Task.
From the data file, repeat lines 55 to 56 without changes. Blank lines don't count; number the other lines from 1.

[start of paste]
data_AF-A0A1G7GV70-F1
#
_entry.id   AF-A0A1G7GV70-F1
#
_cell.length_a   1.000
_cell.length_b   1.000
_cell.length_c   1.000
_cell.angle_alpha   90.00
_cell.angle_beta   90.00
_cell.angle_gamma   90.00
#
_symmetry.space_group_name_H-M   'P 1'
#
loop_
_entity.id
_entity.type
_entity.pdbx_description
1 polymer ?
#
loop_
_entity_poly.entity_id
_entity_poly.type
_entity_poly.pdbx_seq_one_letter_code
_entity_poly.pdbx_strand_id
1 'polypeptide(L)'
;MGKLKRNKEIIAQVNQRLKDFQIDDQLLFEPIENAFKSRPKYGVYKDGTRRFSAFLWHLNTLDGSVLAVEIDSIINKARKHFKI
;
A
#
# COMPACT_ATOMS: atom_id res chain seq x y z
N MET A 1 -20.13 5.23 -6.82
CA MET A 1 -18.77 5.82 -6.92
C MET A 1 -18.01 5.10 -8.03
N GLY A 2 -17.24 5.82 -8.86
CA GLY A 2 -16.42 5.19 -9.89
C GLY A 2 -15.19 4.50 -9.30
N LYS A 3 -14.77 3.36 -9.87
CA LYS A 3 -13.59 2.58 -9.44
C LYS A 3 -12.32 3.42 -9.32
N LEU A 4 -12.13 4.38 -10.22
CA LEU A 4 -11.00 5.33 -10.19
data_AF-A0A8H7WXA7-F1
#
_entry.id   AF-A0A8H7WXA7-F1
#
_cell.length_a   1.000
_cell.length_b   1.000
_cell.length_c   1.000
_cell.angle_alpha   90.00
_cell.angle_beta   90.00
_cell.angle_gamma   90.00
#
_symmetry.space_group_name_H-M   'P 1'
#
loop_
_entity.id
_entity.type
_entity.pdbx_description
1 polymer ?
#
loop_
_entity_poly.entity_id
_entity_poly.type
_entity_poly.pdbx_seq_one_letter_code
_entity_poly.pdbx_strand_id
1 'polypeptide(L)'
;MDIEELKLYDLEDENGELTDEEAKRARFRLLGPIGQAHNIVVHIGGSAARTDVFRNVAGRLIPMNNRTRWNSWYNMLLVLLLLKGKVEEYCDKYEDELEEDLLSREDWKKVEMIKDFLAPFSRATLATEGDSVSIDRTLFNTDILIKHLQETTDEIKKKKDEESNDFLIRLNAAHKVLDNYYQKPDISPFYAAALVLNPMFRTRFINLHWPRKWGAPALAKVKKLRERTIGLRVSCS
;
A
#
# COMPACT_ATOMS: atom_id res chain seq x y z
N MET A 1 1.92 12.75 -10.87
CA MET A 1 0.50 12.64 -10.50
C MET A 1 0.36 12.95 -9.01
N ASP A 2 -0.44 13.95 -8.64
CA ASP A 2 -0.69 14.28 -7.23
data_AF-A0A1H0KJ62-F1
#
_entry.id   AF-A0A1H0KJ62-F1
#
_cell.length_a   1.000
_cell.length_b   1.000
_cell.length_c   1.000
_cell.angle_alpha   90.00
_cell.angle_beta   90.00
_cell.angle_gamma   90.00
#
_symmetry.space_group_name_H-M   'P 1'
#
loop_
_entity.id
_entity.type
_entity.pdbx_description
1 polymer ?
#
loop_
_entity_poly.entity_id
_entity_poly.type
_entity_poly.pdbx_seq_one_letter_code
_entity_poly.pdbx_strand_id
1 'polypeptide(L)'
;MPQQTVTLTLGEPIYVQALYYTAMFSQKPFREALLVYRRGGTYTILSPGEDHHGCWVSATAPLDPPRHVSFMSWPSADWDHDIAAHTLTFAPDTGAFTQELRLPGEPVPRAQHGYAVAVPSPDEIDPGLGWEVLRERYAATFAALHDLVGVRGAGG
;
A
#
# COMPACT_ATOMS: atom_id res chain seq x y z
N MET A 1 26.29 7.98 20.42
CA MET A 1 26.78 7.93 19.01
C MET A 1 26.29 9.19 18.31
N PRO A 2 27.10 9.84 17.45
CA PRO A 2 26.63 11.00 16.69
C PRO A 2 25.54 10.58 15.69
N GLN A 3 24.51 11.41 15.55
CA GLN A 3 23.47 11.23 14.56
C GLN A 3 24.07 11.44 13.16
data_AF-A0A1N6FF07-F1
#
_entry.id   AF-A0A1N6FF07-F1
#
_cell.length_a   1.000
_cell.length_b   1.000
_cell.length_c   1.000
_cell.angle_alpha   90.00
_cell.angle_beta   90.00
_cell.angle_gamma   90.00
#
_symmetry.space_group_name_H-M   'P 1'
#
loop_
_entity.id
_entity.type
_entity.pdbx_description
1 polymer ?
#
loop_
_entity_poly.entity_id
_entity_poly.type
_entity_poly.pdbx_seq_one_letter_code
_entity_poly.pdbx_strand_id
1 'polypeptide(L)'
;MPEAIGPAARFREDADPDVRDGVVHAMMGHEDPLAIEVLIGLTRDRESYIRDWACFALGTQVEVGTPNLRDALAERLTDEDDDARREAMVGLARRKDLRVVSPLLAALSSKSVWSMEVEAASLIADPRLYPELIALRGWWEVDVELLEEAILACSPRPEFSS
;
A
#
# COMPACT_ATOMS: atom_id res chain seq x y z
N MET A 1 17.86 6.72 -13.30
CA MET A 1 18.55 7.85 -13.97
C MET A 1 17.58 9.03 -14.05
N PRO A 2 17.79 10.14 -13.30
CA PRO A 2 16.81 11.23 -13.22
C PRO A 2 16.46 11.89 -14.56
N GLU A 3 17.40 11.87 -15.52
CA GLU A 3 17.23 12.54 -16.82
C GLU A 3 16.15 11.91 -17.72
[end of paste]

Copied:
loop_
_entity.id